For example, determining if a pet has high blood calcium, bone marrow involvement, and/or lymphoma involvement in the front part of the chest are all helpful in predicting outcome. Therefore, your specialist veterinarian may recommend blood tests, a bone marrow aspirate, and chest X-rays as part of the work-up. Also, a special type of analysis of the biopsy, called immunophenotyping, is recommended in dogs to determine whether the cancerous lymphocyte is a “B-cell” or a “T-cell” type. This is important because dogs with T-cell disease (approximately 20% to 25% of cases) tend to do poorly when compared with dogs with B-cell disease.

Your veterinarian will also ask a pathologist to determine if the lymphoma is a “high” or “low” grade subtype. This will help determine how aggressive the treatment will be. Additionally, blood tests to assess the overall health of the pet are important because the disease usually occurs in older animals that may have complicating diseases such as diabetes, kidney, heart, or liver disease.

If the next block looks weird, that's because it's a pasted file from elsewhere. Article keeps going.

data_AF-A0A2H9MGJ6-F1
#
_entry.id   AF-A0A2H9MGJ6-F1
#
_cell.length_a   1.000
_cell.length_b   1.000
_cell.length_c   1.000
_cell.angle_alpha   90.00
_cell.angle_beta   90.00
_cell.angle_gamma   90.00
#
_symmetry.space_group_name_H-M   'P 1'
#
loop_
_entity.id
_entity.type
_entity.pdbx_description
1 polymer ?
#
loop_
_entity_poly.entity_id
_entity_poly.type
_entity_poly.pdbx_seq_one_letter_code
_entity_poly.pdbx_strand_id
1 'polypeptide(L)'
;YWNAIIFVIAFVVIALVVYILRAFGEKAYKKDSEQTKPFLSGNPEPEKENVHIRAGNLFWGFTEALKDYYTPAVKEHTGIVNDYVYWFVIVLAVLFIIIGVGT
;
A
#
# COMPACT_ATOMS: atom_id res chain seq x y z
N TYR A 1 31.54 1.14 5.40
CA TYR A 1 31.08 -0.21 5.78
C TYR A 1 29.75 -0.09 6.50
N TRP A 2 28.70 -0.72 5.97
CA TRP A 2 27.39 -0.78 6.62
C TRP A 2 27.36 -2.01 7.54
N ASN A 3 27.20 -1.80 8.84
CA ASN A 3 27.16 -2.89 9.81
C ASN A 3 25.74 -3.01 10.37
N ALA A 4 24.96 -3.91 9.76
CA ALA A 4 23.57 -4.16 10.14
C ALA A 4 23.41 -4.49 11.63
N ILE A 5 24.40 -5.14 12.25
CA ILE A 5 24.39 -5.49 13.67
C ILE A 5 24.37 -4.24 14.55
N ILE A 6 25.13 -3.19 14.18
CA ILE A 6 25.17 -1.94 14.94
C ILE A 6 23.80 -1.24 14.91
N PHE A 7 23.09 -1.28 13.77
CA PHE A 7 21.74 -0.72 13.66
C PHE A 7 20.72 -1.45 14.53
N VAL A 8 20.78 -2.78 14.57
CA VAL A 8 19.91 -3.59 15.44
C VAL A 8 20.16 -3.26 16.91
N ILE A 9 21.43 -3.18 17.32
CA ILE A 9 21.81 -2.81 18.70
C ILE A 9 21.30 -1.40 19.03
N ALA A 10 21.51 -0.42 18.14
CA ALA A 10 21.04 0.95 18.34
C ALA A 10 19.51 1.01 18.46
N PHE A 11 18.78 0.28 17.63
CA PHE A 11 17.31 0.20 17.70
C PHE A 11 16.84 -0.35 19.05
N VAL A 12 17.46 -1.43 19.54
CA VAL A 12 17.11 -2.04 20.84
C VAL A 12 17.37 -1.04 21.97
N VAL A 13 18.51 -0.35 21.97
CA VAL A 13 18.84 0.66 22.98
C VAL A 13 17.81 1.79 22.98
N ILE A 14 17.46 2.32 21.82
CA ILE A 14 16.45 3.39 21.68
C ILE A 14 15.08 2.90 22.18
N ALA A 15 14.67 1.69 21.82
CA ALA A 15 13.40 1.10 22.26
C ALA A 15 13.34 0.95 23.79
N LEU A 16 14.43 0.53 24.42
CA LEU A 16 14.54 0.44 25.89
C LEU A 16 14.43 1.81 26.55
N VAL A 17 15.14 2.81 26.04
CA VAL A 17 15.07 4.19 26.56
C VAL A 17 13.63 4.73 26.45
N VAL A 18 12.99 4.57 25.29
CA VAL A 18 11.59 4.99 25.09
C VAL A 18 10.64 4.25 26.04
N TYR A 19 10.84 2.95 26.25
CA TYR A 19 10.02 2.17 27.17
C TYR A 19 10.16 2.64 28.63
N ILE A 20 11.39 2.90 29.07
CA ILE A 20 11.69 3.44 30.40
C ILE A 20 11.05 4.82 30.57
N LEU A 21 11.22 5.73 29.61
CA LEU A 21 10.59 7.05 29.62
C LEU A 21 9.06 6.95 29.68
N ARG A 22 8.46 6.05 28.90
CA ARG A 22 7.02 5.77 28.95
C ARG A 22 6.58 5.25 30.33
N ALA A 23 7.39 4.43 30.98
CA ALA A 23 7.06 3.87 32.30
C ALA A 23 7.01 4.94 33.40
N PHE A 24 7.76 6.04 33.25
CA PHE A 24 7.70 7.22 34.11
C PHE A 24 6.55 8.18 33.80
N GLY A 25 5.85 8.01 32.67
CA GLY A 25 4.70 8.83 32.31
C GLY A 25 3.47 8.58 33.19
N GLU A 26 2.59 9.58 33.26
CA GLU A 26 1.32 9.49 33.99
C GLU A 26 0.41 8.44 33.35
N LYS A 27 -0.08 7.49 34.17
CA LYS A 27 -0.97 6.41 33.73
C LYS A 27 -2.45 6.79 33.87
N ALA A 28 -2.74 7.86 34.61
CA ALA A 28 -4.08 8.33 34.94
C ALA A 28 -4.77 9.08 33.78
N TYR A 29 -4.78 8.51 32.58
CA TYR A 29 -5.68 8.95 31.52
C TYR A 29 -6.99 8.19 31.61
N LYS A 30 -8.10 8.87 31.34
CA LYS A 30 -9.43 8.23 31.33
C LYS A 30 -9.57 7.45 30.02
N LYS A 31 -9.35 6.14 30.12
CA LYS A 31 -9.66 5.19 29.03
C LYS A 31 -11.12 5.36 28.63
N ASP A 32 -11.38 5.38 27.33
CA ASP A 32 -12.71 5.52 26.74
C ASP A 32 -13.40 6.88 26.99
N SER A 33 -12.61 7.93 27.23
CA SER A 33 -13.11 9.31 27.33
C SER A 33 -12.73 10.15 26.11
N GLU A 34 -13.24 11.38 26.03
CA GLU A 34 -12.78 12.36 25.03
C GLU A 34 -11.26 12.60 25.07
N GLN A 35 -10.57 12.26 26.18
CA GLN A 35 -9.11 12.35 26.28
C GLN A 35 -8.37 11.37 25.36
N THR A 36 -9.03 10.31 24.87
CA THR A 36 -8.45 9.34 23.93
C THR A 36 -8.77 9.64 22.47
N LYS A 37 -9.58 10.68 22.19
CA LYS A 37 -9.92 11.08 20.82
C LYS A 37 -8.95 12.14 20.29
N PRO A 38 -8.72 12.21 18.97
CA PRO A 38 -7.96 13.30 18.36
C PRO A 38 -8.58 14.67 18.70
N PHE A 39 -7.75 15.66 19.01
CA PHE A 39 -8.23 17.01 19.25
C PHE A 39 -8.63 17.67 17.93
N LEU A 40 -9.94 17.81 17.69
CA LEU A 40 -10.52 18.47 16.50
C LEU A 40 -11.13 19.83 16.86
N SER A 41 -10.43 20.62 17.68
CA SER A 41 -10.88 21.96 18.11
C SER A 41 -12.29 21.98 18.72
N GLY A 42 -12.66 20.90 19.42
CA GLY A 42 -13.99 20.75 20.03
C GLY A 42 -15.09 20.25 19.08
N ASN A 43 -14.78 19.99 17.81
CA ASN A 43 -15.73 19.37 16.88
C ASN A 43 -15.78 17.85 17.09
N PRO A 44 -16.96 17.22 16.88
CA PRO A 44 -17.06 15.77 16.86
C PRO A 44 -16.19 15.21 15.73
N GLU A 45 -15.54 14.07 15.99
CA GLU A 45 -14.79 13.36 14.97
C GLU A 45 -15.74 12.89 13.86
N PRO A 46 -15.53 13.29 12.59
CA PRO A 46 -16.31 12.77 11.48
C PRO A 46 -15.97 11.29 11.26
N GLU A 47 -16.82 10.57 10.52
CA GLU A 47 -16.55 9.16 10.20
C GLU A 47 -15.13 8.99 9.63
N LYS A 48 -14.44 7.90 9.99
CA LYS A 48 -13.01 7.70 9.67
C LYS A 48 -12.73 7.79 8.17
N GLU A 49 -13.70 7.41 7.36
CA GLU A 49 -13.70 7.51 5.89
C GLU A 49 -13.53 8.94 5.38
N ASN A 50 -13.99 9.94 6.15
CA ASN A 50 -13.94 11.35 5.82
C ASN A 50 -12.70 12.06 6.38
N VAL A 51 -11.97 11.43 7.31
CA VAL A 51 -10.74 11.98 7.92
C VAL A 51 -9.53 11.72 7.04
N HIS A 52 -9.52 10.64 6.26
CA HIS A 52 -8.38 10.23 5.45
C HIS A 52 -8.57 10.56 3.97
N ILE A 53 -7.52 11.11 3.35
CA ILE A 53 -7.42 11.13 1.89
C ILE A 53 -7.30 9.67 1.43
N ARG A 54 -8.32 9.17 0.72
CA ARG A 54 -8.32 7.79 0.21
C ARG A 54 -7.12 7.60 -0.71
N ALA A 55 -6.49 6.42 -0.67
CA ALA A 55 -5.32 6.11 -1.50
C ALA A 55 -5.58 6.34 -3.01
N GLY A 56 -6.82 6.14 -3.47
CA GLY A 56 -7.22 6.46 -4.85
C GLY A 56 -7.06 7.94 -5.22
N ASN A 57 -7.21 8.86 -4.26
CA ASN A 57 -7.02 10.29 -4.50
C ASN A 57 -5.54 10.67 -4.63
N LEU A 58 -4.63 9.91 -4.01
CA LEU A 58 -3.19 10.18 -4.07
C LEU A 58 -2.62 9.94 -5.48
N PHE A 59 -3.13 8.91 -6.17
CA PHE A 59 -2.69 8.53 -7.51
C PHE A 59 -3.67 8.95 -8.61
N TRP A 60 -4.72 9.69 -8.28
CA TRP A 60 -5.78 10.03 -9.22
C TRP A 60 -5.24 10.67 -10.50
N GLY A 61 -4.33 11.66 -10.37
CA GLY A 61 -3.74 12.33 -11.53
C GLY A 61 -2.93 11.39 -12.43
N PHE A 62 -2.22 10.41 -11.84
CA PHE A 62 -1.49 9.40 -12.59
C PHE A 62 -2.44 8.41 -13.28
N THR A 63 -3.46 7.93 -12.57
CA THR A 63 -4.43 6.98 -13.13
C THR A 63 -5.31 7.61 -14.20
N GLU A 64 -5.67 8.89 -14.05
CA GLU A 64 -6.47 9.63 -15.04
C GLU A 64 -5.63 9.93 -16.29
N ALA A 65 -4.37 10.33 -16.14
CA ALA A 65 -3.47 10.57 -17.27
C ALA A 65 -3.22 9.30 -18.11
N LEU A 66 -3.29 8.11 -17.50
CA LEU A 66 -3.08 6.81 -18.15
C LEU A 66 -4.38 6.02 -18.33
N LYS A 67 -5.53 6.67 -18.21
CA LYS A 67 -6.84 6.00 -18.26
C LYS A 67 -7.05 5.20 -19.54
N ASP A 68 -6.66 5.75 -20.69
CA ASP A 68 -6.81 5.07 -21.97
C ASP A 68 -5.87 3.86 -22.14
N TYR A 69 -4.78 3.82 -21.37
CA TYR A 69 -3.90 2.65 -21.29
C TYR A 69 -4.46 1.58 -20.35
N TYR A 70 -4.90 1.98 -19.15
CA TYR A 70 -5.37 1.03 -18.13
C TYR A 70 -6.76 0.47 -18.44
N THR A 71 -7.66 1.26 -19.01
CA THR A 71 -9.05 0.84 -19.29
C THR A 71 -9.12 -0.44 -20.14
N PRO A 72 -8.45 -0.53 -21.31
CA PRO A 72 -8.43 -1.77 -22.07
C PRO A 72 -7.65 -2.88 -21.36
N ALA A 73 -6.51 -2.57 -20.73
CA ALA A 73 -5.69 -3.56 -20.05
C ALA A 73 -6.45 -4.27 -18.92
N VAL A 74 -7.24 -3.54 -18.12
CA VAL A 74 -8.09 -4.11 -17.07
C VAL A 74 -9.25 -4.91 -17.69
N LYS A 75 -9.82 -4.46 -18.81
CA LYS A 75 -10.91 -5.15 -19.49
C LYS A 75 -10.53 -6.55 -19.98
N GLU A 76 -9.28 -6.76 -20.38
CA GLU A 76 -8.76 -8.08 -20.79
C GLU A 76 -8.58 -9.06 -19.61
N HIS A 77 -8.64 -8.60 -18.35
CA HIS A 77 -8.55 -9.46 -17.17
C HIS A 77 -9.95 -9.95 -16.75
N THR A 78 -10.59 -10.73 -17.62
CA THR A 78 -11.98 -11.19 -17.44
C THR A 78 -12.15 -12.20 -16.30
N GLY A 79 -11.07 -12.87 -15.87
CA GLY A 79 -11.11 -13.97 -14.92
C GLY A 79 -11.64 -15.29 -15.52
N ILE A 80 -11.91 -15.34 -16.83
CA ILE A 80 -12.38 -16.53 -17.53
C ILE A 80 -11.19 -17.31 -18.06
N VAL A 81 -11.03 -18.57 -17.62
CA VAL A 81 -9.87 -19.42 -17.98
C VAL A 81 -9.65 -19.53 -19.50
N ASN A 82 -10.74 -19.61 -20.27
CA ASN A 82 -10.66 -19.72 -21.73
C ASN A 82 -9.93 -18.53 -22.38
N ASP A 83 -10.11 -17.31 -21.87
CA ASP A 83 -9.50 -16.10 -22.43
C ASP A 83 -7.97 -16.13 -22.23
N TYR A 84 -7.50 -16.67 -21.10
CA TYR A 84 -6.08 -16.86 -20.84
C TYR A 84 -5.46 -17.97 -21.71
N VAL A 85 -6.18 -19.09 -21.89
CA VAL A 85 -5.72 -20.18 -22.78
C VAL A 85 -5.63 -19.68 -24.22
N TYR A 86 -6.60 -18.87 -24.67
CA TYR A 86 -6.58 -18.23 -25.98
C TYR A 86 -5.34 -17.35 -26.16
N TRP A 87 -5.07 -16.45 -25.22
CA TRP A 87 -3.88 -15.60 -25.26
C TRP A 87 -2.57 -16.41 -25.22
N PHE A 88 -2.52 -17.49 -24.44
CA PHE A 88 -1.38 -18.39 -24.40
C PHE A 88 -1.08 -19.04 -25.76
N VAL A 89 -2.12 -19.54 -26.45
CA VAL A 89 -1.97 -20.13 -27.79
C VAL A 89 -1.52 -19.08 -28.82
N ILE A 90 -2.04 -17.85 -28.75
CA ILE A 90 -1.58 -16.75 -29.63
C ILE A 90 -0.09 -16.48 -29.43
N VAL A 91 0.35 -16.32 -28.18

The type and extent of treatment varies greatly based on several factors including the extent (i.e., stage) of disease, the organs involved, the cell type involved and the owner’s wishes with regard to cost, time commitment, and level of comfort regarding the potential to tolerate side effects.

In general, most pets with lymphoma have involvement of multiple glands and/or multiple organs, so called “multicentric” lymphoma. Therefore most treatment types available involve medications that go to all parts of the body (i.e. chemotherapy). The gold standard of care for multicentric lymphoma is a combination of four or five chemotherapy drugs given into the vein in an alternating fashion either weekly or every other week. This will usually result in a remission (absence of disease) in 90% of dogs and 65% of cats within 2 to 4 weeks. Treatment is normally continued for 3 to 6 months depending on the protocol used. After the treatment is stopped, dogs and cats are checked monthly for recurrence of their cancer.